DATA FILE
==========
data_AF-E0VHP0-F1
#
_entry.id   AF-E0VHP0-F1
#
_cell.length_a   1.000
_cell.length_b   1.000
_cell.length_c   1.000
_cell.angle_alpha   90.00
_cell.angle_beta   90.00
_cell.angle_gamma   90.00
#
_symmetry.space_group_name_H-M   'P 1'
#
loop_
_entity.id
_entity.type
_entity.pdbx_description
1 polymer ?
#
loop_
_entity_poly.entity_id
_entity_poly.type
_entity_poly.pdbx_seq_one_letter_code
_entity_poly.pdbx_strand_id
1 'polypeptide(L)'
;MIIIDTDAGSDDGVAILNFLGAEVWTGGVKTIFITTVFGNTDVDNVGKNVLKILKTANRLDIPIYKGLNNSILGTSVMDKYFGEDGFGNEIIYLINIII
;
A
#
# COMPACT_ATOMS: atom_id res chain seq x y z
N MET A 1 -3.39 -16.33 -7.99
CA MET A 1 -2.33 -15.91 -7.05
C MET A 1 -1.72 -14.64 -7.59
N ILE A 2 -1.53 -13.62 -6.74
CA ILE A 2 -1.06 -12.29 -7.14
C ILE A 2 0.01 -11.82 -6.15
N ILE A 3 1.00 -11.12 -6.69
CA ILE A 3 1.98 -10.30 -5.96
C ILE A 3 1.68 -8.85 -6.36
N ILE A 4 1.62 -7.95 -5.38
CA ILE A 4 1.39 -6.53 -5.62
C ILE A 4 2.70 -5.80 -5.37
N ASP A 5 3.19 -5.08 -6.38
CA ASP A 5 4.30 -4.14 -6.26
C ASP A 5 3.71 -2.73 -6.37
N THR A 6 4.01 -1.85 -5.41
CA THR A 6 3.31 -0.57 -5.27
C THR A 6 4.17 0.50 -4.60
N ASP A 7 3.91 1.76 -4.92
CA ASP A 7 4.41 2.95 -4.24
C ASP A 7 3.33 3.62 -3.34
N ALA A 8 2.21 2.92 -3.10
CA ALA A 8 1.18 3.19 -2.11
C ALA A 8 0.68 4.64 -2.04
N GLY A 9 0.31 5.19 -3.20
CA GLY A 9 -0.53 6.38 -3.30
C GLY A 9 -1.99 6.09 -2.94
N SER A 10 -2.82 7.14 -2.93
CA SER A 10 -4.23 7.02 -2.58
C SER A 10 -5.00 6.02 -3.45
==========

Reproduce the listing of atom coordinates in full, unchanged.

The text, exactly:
data_AF-E0VHP0-F1
#
_entry.id   AF-E0VHP0-F1
#
_cell.length_a   1.000
_cell.length_b   1.000
_cell.length_c   1.000
_cell.angle_alpha   90.00
_cell.angle_beta   90.00
_cell.angle_gamma   90.00
#
_symmetry.space_group_name_H-M   'P 1'
#
loop_
_entity.id
_entity.type
_entity.pdbx_description
1 polymer ?
#
loop_
_entity_poly.entity_id
_entity_poly.type
_entity_poly.pdbx_seq_one_letter_code
_entity_poly.pdbx_strand_id
1 'polypeptide(L)'
;MIIIDTDAGSDDGVAILNFLGAEVWTGGVKTIFITTVFGNTDVDNVGKNVLKILKTANRLDIPIYKGLNNSILGTSVMDKYFGEDGFGNEIIYLINIII
;
A
#
# COMPACT_ATOMS: atom_id res chain seq x y z
N MET A 1 -3.39 -16.33 -7.99
CA MET A 1 -2.33 -15.91 -7.05
C MET A 1 -1.72 -14.64 -7.59
N ILE A 2 -1.53 -13.62 -6.74
CA ILE A 2 -1.06 -12.29 -7.14
C ILE A 2 0.01 -11.82 -6.15
N ILE A 3 1.00 -11.12 -6.69
CA ILE A 3 1.98 -10.30 -5.96
C ILE A 3 1.68 -8.85 -6.36
N ILE A 4 1.62 -7.95 -5.38
CA ILE A 4 1.39 -6.53 -5.62
C ILE A 4 2.70 -5.80 -5.37
N ASP A 5 3.19 -5.08 -6.38
CA ASP A 5 4.30 -4.14 -6.26
C ASP A 5 3.71 -2.73 -6.37
N THR A 6 4.01 -1.85 -5.41
CA THR A 6 3.31 -0.57 -5.27
C THR A 6 4.17 0.50 -4.60
N ASP A 7 3.91 1.76 -4.92
CA ASP A 7 4.41 2.95 -4.24
C ASP A 7 3.33 3.62 -3.34
N ALA A 8 2.21 2.92 -3.10
CA ALA A 8 1.18 3.19 -2.11
C ALA A 8 0.68 4.64 -2.04
N GLY A 9 0.31 5.19 -3.20
CA GLY A 9 -0.53 6.38 -3.30
C GLY A 9 -1.99 6.09 -2.94
N SER A 10 -2.82 7.14 -2.93
CA SER A 10 -4.23 7.02 -2.58
C SER A 10 -5.00 6.02 -3.45